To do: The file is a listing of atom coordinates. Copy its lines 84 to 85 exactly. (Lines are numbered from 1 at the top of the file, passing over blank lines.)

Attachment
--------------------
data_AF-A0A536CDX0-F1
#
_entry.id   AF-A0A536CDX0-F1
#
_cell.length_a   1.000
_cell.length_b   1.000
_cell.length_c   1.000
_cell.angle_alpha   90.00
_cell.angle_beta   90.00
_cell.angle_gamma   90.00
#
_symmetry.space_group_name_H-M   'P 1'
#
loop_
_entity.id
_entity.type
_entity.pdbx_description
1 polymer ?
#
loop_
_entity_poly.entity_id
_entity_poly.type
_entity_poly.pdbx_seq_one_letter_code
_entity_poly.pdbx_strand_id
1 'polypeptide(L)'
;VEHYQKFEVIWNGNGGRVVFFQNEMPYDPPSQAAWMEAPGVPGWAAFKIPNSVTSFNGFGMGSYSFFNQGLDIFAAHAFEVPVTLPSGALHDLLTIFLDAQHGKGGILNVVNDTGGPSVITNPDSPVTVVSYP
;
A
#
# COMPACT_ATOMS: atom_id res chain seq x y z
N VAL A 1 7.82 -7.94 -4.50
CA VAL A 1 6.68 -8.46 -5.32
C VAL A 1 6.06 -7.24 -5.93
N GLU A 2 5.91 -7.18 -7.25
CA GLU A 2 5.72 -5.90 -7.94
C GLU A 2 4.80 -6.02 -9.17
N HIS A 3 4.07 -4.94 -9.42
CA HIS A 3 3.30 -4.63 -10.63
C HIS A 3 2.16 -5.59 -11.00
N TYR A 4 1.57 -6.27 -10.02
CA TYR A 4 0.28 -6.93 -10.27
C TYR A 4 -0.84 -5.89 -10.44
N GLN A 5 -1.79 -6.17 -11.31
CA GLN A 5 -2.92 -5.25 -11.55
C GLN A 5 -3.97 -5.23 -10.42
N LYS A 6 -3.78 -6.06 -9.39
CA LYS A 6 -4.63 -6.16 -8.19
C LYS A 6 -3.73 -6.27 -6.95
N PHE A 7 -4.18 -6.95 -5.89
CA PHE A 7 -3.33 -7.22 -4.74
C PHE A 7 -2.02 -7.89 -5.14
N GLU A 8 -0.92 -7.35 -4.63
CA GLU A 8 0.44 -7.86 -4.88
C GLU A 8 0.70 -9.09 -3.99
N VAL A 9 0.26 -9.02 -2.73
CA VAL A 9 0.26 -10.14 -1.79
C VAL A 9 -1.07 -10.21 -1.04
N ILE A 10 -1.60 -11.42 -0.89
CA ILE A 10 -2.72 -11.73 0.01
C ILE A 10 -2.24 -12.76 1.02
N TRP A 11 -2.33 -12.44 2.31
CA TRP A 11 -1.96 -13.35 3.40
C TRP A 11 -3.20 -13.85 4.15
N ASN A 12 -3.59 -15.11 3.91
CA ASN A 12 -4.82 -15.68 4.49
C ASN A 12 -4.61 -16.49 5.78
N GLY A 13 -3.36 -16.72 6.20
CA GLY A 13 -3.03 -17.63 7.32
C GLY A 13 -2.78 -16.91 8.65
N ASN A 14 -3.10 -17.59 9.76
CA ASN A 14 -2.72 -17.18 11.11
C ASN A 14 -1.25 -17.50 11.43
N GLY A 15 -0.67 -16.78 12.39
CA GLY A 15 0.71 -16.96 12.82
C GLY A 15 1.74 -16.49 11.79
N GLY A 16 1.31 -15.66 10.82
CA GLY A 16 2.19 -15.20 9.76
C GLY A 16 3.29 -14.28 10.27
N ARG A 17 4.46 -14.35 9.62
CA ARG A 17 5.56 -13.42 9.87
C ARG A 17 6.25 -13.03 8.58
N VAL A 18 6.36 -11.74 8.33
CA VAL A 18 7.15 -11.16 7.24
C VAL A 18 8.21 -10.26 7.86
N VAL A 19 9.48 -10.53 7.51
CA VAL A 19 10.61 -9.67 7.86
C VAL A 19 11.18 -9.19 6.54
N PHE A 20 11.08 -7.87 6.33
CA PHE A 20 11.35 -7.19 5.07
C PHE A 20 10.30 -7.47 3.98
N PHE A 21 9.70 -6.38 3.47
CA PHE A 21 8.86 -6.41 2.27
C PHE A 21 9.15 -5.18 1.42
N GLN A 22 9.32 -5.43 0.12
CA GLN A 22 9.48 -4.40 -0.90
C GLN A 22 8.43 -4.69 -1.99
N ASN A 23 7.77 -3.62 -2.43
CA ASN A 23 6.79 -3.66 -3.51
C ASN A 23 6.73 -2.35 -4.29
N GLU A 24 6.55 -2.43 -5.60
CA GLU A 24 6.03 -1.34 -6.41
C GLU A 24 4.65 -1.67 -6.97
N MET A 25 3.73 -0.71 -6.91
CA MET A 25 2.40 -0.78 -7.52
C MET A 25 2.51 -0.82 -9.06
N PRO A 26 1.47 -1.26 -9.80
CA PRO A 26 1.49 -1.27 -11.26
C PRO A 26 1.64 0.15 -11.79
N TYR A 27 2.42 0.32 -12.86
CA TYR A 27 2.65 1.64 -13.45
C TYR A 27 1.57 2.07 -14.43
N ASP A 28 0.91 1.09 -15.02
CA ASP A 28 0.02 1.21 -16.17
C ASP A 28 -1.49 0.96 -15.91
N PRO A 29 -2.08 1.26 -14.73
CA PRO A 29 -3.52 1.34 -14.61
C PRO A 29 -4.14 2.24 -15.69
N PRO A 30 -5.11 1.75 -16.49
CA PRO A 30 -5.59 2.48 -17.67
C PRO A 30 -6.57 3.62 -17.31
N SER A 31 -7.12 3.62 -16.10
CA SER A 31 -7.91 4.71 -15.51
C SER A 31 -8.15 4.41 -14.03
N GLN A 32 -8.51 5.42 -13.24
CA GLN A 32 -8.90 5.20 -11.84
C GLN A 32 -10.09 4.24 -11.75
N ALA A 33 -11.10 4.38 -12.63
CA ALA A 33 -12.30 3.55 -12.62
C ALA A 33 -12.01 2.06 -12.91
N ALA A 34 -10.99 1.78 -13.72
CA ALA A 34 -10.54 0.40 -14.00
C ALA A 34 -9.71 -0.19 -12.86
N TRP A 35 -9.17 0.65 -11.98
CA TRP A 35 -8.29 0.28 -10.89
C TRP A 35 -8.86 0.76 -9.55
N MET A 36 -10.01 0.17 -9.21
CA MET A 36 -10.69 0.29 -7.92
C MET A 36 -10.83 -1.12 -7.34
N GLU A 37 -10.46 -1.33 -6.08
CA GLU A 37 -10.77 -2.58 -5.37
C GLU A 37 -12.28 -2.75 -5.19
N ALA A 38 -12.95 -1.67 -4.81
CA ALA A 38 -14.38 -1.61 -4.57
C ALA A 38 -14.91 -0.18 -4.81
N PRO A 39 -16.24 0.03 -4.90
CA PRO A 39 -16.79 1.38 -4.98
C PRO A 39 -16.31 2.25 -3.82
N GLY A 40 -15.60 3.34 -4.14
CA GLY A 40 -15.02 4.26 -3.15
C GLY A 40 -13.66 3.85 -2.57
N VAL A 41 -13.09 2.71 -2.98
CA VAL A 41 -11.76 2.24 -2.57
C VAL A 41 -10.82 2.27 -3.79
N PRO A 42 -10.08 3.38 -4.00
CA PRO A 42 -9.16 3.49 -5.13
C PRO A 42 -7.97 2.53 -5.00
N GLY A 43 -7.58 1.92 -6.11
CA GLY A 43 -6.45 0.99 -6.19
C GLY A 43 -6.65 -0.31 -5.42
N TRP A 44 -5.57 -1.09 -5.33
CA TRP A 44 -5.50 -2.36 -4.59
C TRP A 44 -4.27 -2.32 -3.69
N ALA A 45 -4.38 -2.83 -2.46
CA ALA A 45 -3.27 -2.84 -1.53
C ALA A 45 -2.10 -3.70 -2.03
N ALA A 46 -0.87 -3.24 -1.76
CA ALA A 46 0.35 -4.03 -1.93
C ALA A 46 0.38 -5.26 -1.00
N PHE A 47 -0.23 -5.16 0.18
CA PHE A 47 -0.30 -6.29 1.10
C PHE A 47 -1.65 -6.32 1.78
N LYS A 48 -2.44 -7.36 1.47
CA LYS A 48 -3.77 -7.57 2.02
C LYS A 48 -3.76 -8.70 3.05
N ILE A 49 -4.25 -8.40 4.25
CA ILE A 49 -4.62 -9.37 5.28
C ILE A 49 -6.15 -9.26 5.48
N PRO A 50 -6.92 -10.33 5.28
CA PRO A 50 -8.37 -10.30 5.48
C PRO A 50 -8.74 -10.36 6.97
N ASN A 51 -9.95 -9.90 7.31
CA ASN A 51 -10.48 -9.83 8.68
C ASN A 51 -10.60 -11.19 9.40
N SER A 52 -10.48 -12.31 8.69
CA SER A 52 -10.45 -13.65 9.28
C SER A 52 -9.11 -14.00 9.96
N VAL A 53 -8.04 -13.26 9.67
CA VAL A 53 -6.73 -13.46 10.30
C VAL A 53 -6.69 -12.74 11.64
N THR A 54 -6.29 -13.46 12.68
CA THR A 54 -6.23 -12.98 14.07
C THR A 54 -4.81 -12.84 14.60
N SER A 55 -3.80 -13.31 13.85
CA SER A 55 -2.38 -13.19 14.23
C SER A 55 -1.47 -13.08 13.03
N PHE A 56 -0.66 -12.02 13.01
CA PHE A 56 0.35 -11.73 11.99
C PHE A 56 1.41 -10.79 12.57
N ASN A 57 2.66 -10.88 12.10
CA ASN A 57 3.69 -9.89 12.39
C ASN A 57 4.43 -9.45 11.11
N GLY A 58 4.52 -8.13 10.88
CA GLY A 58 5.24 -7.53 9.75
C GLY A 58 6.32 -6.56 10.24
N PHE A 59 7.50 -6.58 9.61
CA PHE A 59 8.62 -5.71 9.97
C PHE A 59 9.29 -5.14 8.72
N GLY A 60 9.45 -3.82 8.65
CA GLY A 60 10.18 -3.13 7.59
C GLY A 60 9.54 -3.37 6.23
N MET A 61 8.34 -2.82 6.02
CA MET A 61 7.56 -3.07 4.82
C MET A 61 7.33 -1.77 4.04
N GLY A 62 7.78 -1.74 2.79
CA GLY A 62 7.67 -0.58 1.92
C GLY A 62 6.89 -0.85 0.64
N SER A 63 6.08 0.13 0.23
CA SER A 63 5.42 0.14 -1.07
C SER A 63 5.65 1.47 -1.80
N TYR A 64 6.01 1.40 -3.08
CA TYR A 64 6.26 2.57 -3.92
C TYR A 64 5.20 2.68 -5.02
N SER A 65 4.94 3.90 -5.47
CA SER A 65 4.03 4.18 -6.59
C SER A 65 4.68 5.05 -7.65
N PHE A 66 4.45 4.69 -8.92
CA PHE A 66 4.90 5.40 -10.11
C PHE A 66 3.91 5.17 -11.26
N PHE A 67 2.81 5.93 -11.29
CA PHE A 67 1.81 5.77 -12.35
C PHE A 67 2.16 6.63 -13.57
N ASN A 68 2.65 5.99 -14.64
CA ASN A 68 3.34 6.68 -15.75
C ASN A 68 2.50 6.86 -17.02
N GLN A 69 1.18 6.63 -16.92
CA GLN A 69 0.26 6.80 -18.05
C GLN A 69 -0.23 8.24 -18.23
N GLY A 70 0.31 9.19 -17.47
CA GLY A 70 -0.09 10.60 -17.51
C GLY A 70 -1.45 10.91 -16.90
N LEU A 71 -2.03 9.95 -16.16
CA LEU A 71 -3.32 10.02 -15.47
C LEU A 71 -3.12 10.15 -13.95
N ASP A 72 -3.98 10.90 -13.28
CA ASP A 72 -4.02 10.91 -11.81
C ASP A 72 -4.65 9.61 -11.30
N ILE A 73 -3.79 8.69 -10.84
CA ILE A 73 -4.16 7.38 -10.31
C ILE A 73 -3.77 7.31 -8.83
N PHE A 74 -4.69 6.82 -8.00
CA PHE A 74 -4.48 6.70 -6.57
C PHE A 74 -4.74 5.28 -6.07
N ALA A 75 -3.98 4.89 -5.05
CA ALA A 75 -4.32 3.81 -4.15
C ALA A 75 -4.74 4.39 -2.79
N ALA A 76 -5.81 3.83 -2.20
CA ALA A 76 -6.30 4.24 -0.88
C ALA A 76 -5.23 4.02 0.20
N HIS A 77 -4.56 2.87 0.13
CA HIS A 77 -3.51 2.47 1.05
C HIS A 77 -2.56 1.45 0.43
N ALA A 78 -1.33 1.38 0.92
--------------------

C VAL A 18 8.21 -10.26 7.86
N VAL A 19 9.48 -10.53 7.51